The most literally named channel on television has, appropriately enough, a namesake app for Android and iOS. Users who consider The Weather Channel's weather.com their go-to forecast site will enjoy the app's similarities, such as detailed 36-hour forecasts. While we tested the free version of the app on both Android and iOS, iPhone users get more videos and images built into their app.
Regardless of the platform, we liked the clean design of The Weather Channel app. The background is a pleasing Weather Channel-blue, and the vast majority of the buttons and menus use words instead of vague icons like the ones in the WeatherBug Android app. Unlike the Weather+ HD app, home screen information isn't squeezed in so tightly that it's hard to read. Of all the apps we tested, this and WeatherBug had the most approachable layouts, but The Weather Channel app is more visually pleasing.
Both the iPhone and Android versions of The Weather Channel app open to a screen showing your current location and conditions along with a timestamp noting the last time the app updated the weather. Near the bottom of the iPhone screen, there are links to the hourly, 36-hour, and 10-day forecasts; these same links appear at the top of the screen in the Android app.
The Weather Channel apps lets you view a Google map of your location and add layers such as clouds, radar, rainfall, and points of interest such as cities, schools, airports, and golf courses. While there is plenty of information in the Weather Channel app--including the "feels like" temperature, wind, humidity, visibility, and dew point--it doesn't match the depth of WeatherBug. That app includes the sunrise, sunset; current and average wind speed; current, daily, and monthly precipitation totals, and humidity highs, lows, and current rates. Menus also include links for viewing videos, but this is where The Weather Channel's Android and iOS apps begin to differ.
In the iOS version, there are menu options for viewing severe weather alerts, eyewitness images and videos for your location, flu incidences maps, and a video option that includes tabs for "Must See," local, U.S., and world weather videos. The local weather video forecasts show the familiar "Weather on the 8s" videos from the cable channel as well as forecasts for the region. The iPhone version also includes a button for sharing your weather forecast via Facebook or e-mail. While the Android version of The Weather Channel app doesn't have the above video extras, it does automatically show the regional weather video when you click on Video in the menu.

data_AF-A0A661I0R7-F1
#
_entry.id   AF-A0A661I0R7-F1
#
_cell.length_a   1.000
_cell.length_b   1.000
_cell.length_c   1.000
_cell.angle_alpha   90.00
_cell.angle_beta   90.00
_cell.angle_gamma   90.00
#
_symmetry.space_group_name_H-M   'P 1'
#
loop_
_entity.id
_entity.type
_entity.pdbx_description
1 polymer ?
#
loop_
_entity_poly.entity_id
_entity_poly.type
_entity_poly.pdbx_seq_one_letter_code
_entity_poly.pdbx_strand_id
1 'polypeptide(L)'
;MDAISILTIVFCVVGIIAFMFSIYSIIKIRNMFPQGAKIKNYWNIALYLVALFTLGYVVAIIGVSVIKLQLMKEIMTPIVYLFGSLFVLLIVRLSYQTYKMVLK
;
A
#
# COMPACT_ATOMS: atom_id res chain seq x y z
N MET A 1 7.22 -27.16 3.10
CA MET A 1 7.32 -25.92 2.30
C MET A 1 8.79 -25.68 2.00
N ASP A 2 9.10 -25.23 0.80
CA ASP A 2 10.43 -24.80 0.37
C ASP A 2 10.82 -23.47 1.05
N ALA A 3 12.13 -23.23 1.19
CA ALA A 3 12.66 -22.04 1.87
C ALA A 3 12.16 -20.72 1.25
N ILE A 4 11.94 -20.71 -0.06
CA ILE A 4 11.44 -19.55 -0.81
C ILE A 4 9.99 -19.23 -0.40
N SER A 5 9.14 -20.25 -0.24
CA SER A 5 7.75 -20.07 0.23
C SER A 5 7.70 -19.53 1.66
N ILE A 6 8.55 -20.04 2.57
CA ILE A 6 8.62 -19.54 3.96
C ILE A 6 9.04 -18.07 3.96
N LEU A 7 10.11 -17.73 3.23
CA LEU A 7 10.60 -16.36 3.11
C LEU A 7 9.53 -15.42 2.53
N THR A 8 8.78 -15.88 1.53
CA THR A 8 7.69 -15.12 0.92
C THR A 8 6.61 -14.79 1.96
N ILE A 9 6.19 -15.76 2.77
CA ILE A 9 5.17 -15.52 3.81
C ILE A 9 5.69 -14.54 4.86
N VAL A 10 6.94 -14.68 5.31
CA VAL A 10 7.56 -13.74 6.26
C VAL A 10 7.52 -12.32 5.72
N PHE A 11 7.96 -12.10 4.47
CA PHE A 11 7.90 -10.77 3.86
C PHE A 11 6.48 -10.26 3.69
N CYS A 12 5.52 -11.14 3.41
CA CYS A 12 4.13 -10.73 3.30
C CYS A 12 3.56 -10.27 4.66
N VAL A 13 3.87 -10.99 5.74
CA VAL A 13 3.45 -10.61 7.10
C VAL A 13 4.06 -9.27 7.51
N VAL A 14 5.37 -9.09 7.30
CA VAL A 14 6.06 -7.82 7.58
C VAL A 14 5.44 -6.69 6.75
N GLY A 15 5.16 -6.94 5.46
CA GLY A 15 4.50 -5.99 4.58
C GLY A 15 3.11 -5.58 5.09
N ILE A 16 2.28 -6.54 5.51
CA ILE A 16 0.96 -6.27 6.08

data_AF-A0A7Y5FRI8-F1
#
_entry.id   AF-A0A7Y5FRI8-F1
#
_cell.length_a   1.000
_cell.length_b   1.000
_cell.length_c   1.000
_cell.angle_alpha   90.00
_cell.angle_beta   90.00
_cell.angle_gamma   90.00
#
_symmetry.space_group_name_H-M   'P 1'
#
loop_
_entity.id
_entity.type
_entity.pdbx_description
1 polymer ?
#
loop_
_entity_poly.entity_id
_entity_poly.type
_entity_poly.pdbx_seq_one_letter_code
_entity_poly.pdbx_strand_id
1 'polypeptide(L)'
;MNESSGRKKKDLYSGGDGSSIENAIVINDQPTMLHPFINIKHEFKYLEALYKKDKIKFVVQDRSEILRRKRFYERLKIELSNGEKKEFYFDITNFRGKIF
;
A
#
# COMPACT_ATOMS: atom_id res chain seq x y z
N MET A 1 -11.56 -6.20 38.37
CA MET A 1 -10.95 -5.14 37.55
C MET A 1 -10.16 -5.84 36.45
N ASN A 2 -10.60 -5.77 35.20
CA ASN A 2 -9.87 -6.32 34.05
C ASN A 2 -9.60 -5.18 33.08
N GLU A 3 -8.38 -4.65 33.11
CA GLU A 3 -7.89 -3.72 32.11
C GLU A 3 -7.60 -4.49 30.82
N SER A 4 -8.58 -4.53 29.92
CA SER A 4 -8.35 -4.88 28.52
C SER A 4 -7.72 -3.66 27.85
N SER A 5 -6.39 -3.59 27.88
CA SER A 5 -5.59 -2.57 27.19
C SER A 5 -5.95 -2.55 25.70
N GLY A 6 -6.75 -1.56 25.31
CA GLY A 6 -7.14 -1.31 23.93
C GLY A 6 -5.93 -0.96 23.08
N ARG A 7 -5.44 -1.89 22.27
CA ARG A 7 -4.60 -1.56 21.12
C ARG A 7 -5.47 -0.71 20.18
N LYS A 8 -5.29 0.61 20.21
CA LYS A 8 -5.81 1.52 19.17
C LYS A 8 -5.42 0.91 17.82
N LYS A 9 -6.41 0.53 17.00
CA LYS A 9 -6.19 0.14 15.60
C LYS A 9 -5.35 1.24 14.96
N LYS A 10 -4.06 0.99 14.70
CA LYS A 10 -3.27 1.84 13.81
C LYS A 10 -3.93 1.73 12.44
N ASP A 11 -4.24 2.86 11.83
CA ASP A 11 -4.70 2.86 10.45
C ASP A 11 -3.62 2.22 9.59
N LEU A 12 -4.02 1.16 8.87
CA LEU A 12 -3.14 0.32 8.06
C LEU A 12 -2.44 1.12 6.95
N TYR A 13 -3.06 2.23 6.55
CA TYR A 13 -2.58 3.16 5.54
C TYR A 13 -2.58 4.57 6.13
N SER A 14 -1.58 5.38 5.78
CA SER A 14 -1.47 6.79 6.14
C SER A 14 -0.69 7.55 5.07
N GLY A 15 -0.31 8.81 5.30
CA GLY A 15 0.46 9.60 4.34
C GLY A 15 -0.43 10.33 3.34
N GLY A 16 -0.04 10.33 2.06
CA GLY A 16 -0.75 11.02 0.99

The Android version of The Weather Channel App has a few bells and whistles of its own. First, there are three widget options for putting the app on one of your home screens. Two of the widgets show the current temperature and wind speed, while the third also shows a two-day forecast. In the map section of the app, users can view either the road or satellite image of their location, and available overlays include traffic and current wind speed. We noticed that the animated radar maps played much more quickly over Android than they did on iOS. On the latter, animated radar maps loaded either very slowly over Wi-fi or not at all.
The Weather Channel app has a lot to offer forecast fiends and especially appeals to frequenters of weather.com. While we prefer WeatherBug for Android devices, as that app shows the current temperature in the notification bar, but iOS users will prefer the Weather Channel app's superior layout and menu navigation.